Jesse and I woke up to a stray cat nuzzling next to us. The tour guide showed us the native fruits that Colca Canyon has to offer. The most interesting was the cactus with white residue that is actually insects. When rubbed between fingers, the white powder turns blood red and was used as a natural dye for many years. The sun peaked over the cliffside for amazing pictures. We continued through the nature route toward "Paraiso Las Palmeras Lodge" better known as Oasis Sangalle, an oasis wedged between the mountains with palm trees and vegetation. The view of the Oasis Sangalle was unreal, situated in the deepest part of Colca Canyon. we spent the whole day swimming and relaxing our muscles and visiting a nearby waterfall.
On our final day, we woke up at 4:30 in the morning hiking the ever demanding uphill climb. The stars were amazing and initially we needed flashlights. The view of the sunrise and the final stretch was all worth it in the end. The grulying hike took 4-5 hours to the top to Cabanaconde. The Sun was rising and orange streaks kissed the mountain ridges as we climbed the steep rocky paths. We ate breakfast in Cabanaconde and the bus stopped at a few more viewpoints.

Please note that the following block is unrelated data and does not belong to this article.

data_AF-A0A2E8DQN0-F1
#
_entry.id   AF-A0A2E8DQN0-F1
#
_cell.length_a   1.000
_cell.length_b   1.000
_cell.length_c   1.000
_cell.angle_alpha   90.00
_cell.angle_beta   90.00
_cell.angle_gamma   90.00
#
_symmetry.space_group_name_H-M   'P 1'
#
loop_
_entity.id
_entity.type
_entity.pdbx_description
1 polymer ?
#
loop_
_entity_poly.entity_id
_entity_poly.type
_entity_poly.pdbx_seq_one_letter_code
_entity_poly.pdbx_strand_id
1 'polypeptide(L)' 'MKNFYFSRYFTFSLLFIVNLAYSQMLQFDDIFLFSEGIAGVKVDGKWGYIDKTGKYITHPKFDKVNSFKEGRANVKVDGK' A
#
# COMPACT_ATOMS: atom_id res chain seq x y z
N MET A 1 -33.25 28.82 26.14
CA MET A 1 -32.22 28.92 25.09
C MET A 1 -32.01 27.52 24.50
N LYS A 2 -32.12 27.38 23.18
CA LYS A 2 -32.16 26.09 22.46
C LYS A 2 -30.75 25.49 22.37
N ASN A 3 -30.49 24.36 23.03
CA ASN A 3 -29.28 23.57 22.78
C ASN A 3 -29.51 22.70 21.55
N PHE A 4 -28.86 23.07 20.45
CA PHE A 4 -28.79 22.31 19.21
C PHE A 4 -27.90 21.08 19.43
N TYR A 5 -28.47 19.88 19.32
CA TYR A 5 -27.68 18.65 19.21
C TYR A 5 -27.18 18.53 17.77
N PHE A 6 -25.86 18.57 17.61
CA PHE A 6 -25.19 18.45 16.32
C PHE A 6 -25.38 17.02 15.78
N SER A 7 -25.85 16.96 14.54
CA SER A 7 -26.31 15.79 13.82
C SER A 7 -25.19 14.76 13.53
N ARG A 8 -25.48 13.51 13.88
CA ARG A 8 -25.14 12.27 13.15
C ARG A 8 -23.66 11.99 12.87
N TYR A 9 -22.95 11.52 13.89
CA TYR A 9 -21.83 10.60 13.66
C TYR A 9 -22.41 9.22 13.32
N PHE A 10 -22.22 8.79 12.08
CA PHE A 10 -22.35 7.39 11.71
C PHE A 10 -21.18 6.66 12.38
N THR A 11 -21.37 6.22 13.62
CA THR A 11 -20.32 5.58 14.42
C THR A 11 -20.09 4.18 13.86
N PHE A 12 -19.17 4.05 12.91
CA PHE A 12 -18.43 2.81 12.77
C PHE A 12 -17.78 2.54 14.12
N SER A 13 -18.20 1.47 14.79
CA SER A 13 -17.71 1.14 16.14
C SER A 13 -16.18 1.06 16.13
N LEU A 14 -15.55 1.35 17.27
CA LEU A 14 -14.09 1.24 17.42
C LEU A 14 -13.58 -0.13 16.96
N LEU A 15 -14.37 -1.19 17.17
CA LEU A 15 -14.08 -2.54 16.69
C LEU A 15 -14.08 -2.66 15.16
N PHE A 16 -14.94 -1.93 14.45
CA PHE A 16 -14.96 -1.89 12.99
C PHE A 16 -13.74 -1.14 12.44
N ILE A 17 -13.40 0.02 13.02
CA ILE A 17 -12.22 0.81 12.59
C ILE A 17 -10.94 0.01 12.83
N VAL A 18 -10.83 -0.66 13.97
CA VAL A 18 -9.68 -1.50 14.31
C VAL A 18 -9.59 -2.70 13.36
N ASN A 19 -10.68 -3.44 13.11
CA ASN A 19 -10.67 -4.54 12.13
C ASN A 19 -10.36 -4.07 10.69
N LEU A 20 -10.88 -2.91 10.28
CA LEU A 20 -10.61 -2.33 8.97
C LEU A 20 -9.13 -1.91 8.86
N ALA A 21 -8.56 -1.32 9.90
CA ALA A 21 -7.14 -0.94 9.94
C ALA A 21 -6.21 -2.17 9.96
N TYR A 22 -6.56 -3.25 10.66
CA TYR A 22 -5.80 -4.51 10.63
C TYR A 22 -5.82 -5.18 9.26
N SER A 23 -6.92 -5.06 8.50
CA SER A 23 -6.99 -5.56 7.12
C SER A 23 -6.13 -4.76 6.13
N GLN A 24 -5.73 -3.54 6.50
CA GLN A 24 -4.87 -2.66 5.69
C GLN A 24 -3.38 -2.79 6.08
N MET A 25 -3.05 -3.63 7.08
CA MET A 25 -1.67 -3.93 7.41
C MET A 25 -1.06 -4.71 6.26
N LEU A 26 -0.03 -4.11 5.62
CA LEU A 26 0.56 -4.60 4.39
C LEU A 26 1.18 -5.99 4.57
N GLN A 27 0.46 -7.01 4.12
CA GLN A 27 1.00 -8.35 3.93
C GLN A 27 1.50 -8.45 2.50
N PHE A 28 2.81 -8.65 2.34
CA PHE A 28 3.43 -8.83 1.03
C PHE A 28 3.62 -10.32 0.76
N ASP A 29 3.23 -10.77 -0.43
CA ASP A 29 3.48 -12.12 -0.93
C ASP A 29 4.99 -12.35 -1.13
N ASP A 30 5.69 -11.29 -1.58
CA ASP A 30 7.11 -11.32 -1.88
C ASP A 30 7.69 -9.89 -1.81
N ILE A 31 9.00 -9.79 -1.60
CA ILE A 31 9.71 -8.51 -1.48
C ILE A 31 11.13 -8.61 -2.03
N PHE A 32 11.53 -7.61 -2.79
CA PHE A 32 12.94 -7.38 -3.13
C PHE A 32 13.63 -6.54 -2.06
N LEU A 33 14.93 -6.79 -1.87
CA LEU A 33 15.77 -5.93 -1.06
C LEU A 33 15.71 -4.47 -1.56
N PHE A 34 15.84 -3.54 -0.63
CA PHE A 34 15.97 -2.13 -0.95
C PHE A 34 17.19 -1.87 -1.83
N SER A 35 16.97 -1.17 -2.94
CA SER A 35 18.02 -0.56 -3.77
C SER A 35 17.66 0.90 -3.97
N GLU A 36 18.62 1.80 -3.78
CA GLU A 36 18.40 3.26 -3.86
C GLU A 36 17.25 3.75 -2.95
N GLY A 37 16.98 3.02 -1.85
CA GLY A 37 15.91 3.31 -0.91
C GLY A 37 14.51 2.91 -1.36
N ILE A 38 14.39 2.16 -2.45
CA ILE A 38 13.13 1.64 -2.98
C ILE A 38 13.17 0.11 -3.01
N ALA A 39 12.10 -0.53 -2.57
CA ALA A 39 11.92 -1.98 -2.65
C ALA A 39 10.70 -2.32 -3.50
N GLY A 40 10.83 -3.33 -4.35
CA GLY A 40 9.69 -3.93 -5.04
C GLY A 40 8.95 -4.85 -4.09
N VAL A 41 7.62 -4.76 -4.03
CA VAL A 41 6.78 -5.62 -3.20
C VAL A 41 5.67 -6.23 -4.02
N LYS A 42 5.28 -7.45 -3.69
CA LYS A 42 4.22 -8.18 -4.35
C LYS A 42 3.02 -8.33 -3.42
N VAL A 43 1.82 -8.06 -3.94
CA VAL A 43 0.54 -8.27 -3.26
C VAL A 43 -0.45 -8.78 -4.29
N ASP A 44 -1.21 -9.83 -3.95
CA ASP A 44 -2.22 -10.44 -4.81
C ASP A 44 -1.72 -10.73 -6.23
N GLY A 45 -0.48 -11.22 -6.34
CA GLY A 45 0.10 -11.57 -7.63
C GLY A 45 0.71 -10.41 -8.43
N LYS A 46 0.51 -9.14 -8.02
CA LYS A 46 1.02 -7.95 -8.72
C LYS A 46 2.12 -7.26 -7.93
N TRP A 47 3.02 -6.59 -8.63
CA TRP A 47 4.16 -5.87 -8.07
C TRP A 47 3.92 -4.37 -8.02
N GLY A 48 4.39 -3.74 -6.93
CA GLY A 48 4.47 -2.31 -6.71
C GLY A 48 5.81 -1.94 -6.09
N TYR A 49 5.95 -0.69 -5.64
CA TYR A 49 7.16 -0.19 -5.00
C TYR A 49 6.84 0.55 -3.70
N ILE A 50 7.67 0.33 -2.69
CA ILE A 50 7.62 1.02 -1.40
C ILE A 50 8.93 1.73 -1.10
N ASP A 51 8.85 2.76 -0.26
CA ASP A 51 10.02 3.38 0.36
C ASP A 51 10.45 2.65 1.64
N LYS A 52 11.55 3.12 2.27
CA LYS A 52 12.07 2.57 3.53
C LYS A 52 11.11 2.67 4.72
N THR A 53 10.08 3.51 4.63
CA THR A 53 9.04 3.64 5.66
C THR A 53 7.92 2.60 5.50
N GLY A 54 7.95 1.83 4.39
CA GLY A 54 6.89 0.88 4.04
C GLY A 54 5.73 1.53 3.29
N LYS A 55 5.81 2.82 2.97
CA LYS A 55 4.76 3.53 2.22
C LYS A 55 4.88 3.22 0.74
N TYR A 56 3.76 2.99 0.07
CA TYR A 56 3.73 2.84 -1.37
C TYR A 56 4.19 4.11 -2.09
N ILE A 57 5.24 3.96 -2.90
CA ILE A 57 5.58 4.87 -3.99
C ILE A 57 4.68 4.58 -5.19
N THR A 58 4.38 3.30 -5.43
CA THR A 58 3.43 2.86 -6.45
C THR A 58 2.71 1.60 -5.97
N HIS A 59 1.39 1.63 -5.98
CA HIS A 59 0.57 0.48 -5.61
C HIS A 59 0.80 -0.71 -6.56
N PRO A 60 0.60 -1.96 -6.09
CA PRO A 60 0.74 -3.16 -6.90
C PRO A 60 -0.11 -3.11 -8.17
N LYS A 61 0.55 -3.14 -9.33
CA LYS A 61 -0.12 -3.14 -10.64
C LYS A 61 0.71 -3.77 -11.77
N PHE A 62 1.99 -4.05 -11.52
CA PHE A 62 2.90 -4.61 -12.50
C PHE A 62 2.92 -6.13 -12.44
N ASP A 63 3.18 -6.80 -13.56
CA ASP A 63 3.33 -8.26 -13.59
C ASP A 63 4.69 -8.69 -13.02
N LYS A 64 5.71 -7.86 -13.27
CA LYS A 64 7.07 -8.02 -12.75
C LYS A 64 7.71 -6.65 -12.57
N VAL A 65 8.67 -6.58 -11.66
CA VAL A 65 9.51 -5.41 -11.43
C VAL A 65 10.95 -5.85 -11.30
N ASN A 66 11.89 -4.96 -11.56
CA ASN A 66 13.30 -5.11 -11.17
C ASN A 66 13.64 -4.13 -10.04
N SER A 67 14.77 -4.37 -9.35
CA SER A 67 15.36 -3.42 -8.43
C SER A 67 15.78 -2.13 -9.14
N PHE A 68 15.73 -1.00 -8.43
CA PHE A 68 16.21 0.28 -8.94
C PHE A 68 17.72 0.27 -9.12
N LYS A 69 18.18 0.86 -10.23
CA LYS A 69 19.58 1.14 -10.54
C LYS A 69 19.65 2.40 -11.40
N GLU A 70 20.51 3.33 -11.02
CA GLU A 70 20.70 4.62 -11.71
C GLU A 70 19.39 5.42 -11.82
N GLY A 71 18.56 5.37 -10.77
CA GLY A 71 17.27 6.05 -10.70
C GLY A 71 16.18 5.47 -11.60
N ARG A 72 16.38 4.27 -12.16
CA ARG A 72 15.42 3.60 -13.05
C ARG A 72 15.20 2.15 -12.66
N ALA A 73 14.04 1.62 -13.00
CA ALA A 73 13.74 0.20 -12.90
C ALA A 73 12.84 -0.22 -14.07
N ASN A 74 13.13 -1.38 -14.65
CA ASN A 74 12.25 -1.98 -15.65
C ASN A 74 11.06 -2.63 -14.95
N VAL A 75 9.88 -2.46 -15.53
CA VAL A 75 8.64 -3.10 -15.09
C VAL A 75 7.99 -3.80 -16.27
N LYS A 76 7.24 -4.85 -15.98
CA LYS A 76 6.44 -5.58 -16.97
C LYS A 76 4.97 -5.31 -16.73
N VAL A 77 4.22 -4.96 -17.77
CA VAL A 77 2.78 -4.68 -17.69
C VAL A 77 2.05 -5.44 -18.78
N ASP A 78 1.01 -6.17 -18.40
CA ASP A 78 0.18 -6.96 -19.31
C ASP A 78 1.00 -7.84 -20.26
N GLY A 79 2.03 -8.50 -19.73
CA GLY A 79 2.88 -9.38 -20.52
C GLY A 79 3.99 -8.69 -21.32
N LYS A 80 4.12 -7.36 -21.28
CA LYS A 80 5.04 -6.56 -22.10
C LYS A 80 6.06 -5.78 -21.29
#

The most magnificent is the Antahuilque viewpoint, a panorama of pre-Incan terraces and lush green valleys. We stopped in a small town of Maca with an old colonial church and touristy souvenirs. Our last stop was the hot springs at 28C on the shores of Colca River. Alleviate the pain in our worn legs and made our muscles feel so much better. They were heated by the volcano which was smoking a few miles away. We were so worn out that we crashed in Arequipa immediately.
After our experience with the past two bus trips, we vowed that Cruz del Sur (even though it's more expensive) will always be our operator of choice! We booked a bus to Lima with Cruz del Sur after our unlucky streak. It cost us s/85 ($25), but it was the best bus ride I have ever been on in South America. The timing and preparations worked out smoothly with no problems. Every seat had their own touchscreen TV tablet for movies, books, games, etc. The drive was flat and 15-16 hours went by like nothing. We even had a little bit of sleep.